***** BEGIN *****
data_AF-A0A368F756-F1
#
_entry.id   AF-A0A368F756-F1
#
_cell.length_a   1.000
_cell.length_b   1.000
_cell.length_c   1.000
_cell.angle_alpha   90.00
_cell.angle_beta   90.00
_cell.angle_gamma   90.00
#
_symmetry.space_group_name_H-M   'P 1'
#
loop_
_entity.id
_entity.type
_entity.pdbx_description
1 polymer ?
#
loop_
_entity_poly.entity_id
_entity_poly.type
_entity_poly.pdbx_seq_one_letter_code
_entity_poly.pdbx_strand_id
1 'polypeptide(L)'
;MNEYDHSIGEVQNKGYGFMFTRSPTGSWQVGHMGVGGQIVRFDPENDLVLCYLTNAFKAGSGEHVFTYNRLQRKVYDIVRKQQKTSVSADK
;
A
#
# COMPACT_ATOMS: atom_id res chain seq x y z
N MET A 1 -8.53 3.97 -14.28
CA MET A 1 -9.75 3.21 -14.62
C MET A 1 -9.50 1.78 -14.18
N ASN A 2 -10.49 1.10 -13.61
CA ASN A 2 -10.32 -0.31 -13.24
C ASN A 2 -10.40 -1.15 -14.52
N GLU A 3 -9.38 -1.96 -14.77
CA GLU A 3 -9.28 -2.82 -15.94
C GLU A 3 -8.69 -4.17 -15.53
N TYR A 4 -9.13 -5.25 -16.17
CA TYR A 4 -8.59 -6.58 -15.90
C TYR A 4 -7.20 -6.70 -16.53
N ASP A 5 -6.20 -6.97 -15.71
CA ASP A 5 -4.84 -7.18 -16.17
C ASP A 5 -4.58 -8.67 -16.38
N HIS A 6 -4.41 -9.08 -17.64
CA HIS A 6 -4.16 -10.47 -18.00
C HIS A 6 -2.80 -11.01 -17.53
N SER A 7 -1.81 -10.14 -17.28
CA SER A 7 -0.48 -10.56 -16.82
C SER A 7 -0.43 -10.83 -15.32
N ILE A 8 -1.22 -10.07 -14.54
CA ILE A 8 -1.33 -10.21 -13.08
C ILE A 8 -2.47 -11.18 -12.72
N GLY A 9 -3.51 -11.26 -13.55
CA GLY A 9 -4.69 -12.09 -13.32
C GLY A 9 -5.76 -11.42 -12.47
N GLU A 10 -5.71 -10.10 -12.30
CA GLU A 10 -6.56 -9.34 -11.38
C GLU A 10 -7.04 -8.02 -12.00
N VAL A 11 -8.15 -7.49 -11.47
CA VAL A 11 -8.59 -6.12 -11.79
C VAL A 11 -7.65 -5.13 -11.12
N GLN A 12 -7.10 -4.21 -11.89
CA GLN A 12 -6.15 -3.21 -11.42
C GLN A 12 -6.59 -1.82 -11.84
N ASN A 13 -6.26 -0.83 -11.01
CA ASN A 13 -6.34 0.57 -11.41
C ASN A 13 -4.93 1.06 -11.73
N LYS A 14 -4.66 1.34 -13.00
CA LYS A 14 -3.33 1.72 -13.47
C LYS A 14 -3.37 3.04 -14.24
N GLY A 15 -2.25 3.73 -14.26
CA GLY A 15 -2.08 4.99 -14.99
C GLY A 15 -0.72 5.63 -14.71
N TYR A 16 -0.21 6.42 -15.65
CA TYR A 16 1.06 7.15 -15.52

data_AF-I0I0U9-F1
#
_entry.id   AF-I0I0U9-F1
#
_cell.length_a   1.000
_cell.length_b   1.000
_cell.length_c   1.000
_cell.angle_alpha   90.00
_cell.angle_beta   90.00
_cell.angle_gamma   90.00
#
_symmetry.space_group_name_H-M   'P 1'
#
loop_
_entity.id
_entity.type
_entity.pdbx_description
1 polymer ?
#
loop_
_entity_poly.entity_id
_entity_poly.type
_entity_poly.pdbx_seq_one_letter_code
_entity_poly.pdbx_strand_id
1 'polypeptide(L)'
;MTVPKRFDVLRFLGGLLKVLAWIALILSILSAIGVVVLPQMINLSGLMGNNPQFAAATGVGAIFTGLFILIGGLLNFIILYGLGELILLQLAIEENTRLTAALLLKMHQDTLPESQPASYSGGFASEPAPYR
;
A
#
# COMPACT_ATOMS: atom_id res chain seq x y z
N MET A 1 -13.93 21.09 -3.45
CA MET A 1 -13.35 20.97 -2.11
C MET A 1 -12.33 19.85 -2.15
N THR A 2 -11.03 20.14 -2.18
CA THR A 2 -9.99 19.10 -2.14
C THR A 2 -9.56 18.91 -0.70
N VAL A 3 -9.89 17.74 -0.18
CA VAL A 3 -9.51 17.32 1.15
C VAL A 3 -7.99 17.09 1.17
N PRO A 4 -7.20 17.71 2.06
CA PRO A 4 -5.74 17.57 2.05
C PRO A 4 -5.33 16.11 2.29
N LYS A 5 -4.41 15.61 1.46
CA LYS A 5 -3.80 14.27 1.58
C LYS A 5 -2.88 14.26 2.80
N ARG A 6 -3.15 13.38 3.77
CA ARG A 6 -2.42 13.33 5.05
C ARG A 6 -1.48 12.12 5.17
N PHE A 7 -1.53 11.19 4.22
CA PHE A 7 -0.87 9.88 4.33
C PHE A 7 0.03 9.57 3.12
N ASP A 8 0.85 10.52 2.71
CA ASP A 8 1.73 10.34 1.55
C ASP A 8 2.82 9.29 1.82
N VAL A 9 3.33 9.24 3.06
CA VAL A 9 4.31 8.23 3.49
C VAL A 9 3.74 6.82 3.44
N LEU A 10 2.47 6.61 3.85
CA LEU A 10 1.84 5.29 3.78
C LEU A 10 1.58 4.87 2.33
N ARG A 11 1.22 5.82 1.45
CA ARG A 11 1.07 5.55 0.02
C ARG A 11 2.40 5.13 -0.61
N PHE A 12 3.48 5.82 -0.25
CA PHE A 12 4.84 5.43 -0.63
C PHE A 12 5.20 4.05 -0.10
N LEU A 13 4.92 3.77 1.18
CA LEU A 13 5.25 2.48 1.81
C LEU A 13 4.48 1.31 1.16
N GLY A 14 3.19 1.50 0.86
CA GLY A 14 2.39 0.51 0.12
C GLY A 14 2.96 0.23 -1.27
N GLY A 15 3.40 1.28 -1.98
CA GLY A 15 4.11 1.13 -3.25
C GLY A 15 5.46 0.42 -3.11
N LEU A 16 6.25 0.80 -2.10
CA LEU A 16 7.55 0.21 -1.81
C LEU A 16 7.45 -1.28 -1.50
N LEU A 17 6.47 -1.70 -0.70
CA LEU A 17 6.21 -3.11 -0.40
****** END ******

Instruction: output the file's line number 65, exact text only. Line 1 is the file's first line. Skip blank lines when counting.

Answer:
CA GLN A 12 -6.15 -3.21 -11.42